so says, Manheimer, plasma physicist and science guy.
William M. Manheimer is a contemporary atomic physicist, known for work in electromagnetic radiation, ionization, quantum electrodynamics, heat flux, and plasma.
by Esca Webuilder
He sat and sipped his MCT-filled coffee cup, and watched
the World go by from his train seat in which he was ensconced.
The winter trees, with twirling leaves, swirled all about the sky,
them whirling in and out of focus from the cerning eye,
like as they ran along the tracks attempting to keep up;
but which they could not do. He sat and sipped his coffee cup.
He saw a pond, a gleaming, glimmering, a dimming glow,
beneath the wheels turning round at some degrees below,
attention grabbed and freezed in time, it shrinking to its core,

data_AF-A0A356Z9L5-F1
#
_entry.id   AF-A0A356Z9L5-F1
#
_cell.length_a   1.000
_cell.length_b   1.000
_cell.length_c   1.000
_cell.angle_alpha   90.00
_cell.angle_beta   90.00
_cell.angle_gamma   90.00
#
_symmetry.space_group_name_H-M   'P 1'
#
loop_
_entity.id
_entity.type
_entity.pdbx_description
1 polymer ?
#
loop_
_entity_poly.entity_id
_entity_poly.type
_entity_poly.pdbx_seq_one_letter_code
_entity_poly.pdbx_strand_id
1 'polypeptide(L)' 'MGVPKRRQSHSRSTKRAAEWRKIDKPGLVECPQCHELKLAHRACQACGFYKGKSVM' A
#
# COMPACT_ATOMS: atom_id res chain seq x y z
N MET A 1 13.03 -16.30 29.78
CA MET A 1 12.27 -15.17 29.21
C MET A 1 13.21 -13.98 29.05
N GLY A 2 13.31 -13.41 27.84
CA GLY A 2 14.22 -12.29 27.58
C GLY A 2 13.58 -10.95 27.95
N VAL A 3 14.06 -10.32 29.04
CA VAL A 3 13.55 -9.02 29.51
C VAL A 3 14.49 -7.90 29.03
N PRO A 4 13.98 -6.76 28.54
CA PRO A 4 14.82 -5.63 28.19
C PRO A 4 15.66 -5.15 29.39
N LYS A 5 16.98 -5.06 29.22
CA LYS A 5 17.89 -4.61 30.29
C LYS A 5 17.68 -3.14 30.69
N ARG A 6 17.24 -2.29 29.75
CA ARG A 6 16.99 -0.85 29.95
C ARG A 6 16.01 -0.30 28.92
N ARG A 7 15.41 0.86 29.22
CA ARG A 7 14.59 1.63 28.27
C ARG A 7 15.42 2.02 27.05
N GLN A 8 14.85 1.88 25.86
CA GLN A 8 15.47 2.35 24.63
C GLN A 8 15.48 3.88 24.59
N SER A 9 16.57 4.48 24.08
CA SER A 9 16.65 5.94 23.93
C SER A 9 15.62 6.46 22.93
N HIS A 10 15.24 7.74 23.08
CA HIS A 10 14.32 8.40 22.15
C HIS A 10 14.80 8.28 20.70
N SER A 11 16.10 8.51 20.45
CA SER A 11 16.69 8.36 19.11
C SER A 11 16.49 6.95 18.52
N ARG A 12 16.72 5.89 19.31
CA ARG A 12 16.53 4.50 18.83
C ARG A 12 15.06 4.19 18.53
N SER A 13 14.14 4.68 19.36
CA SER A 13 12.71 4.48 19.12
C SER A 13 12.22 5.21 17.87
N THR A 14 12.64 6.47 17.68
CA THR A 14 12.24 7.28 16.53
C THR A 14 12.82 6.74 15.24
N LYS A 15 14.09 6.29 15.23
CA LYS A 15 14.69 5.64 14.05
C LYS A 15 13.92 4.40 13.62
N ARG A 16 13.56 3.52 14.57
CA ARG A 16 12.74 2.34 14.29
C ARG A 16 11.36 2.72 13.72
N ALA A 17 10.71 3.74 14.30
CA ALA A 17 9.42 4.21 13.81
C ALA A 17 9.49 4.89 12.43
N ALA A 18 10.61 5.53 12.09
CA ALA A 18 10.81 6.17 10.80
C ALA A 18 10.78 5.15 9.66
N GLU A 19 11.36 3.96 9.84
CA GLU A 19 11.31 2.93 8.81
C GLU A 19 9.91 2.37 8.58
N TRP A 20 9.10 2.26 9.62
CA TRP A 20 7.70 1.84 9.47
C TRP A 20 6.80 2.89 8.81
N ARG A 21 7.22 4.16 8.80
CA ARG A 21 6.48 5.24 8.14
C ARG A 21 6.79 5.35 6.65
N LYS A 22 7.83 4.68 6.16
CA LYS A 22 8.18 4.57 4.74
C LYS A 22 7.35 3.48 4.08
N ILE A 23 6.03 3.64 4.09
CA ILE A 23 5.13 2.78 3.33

a flock of ducks there floating gladly near its reedy shore.
He was so glad that he was warm, his town-bound turning-round;
and took another sip of coffee; it was cooling down.
At the Desk
by Esca Webuilder
He sat up at the shiny, rich-brown, smooth, vaneered-top desk,
the golden, winter sunlight falling on th’ unasked-for sked.
Ho, it was blinding, as it hit his face, and flimsy limbs,
but nonetheless he was content with his home-office SIMS.
So he could type his es and is as well as ps and pis,
at times he had to put his hand up, covering his eyes.
He saw the tree-crotch bird-nest through the window to his left,
though all the scissortails and most all the leaves had fled.
He sat there taking in D vitamins, which pumped him up;
at least that’s what he thought, though he could not know what was what;
for life was far too complicated in its microrealms,
and macrorealistic’lly it often overwhelms.
Esca Webuilder is a poet of the Internet.